July 13th, 2015 Last Updated on: July 13th, 2015
Sharky James with photography website Lensshark recently shared an article titled ‘Pow Wows: Something I Guarantee Most Photographers Haven’t Shot and Your Opportunity to Do Something Different‘. While this article was written more for the newbie who has never been to a pow wow, I thought there were some great pow wow photography tips in there for those that want to take better photos with their cameras.
So what angles work best for pow wow shots?
If you can shoot from a higher angle such as in the stands, rather than at ground level, you’ll get what I think are better shots as you’ll have dirt and/or other dancers in your background rather than spectators.
In shooting pow wows, I’ve tried many angles and have found that shooting from a bit higher angle was more pleasing, but of course you’ll want to vary your angles so all your photos don’t look the same.
Should I use flash or no flash?
Nearly every time I’ve shot a pow wow, it’s been on a bright sunny day. The kind of days which create deep, nasty shadows. If you’re able to get close enough and it’s extremely bright out, break out your flash. It’ll help fill in the shadows and improve your photos.
Your flash is only useful to a certain distance so keep the Inverse Square Law in mind. But within the working distance of your flash, you’re going to get nice results. Zoom the flash head to more narrow the beam or use A Better Beamer to get more flash downrange.
You’ll find that if you can put a little bit of flash on your subject that you’ll be more pleased with the results. You’ll often get a catchlight in the eyes and the colors will pop more.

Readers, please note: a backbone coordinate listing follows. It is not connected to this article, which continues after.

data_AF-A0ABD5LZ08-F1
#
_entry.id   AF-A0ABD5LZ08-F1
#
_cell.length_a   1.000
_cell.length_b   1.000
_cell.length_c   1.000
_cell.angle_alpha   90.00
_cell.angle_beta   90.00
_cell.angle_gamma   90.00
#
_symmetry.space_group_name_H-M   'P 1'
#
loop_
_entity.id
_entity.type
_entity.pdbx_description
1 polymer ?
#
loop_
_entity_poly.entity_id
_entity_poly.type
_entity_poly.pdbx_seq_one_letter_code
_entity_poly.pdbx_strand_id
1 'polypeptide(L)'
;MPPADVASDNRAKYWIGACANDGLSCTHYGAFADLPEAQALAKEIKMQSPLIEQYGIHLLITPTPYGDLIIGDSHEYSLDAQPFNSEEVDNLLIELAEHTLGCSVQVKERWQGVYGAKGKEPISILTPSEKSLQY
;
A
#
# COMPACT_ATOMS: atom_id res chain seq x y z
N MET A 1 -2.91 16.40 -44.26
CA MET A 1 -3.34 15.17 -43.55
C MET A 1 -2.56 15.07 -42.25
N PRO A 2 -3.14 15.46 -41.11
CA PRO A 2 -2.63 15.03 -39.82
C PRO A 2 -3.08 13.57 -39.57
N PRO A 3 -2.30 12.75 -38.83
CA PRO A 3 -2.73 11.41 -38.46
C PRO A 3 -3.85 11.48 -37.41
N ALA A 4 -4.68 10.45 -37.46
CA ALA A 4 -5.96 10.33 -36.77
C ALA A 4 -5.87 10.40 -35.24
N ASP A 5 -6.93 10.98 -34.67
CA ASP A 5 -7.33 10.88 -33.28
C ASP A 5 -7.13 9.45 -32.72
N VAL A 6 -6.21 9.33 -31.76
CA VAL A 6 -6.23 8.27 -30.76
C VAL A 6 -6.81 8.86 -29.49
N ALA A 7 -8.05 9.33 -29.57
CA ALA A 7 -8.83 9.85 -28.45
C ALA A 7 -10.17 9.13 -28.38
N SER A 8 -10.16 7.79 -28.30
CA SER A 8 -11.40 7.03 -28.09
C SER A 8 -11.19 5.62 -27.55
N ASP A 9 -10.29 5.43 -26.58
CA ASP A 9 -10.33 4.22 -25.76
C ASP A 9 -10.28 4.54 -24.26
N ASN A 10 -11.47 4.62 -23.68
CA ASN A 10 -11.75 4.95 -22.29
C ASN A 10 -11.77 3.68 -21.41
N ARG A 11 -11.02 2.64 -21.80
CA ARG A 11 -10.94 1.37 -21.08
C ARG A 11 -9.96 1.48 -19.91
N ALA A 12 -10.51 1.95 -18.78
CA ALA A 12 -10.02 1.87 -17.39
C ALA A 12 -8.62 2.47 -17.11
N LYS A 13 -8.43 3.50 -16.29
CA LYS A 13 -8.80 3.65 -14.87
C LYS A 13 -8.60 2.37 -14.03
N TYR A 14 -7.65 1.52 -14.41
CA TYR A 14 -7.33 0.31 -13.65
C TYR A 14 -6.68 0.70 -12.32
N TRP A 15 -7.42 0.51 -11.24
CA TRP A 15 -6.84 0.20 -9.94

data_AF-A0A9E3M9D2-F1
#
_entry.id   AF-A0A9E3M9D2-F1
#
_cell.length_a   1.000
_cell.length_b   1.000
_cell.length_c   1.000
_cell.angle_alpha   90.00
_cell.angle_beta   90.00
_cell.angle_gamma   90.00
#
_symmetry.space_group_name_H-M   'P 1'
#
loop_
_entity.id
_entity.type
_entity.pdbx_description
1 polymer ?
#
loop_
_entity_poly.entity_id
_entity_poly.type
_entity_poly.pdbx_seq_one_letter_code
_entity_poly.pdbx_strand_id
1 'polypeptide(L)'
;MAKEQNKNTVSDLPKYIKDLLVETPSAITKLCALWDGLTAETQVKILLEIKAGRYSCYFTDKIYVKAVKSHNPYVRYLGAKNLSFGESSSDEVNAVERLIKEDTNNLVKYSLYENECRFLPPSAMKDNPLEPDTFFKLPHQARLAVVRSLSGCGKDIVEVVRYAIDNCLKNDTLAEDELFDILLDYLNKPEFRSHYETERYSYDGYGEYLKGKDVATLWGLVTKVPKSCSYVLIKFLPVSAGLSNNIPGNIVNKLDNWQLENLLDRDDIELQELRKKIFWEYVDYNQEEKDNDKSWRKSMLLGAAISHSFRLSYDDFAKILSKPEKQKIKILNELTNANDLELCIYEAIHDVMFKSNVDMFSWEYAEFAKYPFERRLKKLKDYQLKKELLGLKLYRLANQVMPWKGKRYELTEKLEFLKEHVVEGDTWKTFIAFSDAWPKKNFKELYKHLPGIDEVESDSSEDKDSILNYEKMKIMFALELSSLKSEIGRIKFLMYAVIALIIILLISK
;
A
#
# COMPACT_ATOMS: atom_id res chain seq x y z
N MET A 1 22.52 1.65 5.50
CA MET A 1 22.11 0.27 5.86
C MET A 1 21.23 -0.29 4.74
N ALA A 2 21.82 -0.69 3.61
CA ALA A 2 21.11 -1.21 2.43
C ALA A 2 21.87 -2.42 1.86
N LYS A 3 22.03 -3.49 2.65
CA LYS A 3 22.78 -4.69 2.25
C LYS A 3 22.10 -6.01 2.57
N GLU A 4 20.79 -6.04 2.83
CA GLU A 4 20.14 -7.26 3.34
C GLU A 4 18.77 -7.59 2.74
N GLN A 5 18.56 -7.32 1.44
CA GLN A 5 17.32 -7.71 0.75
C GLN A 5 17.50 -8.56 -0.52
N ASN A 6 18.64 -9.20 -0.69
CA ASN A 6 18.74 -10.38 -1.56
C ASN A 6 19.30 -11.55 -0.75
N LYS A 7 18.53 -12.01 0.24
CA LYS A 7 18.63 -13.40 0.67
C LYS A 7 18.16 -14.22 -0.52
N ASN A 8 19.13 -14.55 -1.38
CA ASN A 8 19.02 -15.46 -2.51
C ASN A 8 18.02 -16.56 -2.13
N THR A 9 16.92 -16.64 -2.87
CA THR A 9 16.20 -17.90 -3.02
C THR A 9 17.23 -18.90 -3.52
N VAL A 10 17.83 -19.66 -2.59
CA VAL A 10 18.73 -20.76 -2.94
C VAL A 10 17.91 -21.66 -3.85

Can I sell my photos?
If you’re shooting for a publication and you’re credentialed then you’re good to go. But I’ve heard of more than one photographer who’ve shot a pow wow and peddled their images later which ticked off the pow wow committee and performers. made things harder for photographers at subsequent pow wows.
Tribal law isn’t necessarily the same as laws off the reservation, so do a little research and it would be wise to contact the pow wow committee in advance of shooting the pow wow should you be interested in selling your photos. As always, if you’re planning on selling photos as stock photography, you’ll need signed model releases.
If you’re not shooting with the intent to sell your photos, this likely won’t be an issue. But it’s always wise to be aware of the committee’s rules regarding everything photography.
Like most of us know already, you should always ask before you take a photo.
Often, there are signs posted near the entrance to the pow wow with a list of etiquette tips while other times you may see a “No Photography” sign. Most of the time however, photography is indeed allowed. Just ask first and you’re good. If you’re told no, please respect that.
Photographing the Grand Entry and dances (more on that in a bit) are generally allowed. It’s extremely colorful, fun and people want to shoot photos to show family and friends. This is where your best photos are going to come from.
Great advice Sharky! Make sure you check out http://www.lensshark.com/ for more great photography tips.
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